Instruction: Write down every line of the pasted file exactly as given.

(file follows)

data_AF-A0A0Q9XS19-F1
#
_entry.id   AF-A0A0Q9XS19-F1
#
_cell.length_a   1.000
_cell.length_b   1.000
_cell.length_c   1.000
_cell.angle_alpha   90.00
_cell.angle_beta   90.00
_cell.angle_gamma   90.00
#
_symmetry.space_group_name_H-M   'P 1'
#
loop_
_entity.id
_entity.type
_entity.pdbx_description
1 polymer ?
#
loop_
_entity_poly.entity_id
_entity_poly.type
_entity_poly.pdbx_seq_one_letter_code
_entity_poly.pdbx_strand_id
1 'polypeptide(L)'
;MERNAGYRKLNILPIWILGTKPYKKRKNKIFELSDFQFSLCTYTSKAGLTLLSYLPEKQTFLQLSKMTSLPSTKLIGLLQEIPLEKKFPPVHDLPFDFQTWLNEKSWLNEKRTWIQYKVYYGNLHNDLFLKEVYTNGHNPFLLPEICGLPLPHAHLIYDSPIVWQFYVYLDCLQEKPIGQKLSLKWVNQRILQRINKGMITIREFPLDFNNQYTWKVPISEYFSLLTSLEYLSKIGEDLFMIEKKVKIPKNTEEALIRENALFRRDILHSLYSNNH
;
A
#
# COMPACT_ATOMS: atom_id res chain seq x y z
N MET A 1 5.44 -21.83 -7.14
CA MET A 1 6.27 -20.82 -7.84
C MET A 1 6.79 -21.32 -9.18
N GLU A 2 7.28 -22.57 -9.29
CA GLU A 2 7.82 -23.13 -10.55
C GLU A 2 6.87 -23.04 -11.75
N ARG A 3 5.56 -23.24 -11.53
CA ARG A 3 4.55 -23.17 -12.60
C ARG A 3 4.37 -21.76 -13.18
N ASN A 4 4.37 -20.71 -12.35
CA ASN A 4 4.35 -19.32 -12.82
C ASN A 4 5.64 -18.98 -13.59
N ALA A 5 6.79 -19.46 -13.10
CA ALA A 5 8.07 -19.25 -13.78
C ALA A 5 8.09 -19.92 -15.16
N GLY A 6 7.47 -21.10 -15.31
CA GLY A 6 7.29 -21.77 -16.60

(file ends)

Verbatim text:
data_AF-A0A0Q9XS19-F1
#
_entry.id   AF-A0A0Q9XS19-F1
#
_cell.length_a   1.000
_cell.length_b   1.000
_cell.length_c   1.000
_cell.angle_alpha   90.00
_cell.angle_beta   90.00
_cell.angle_gamma   90.00
#
_symmetry.space_group_name_H-M   'P 1'
#
loop_
_entity.id
_entity.type
_entity.pdbx_description
1 polymer ?
#
loop_
_entity_poly.entity_id
_entity_poly.type
_entity_poly.pdbx_seq_one_letter_code
_entity_poly.pdbx_strand_id
1 'polypeptide(L)'
;MERNAGYRKLNILPIWILGTKPYKKRKNKIFELSDFQFSLCTYTSKAGLTLLSYLPEKQTFLQLSKMTSLPSTKLIGLLQEIPLEKKFPPVHDLPFDFQTWLNEKSWLNEKRTWIQYKVYYGNLHNDLFLKEVYTNGHNPFLLPEICGLPLPHAHLIYDSPIVWQFYVYLDCLQEKPIGQKLSLKWVNQRILQRINKGMITIREFPLDFNNQYTWKVPISEYFSLLTSLEYLSKIGEDLFMIEKKVKIPKNTEEALIRENALFRRDILHSLYSNNH
;
A
#
# COMPACT_ATOMS: atom_id res chain seq x y z
N MET A 1 5.44 -21.83 -7.14
CA MET A 1 6.27 -20.82 -7.84
C MET A 1 6.79 -21.32 -9.18
N GLU A 2 7.28 -22.57 -9.29
CA GLU A 2 7.82 -23.13 -10.55
C GLU A 2 6.87 -23.04 -11.75
N ARG A 3 5.56 -23.24 -11.53
CA ARG A 3 4.55 -23.17 -12.60
C ARG A 3 4.37 -21.76 -13.18
N ASN A 4 4.37 -20.71 -12.35
CA ASN A 4 4.35 -19.32 -12.82
C ASN A 4 5.64 -18.98 -13.59
N ALA A 5 6.79 -19.46 -13.10
CA ALA A 5 8.07 -19.25 -13.78
C ALA A 5 8.09 -19.92 -15.16
N GLY A 6 7.47 -21.10 -15.31
CA GLY A 6 7.29 -21.77 -16.60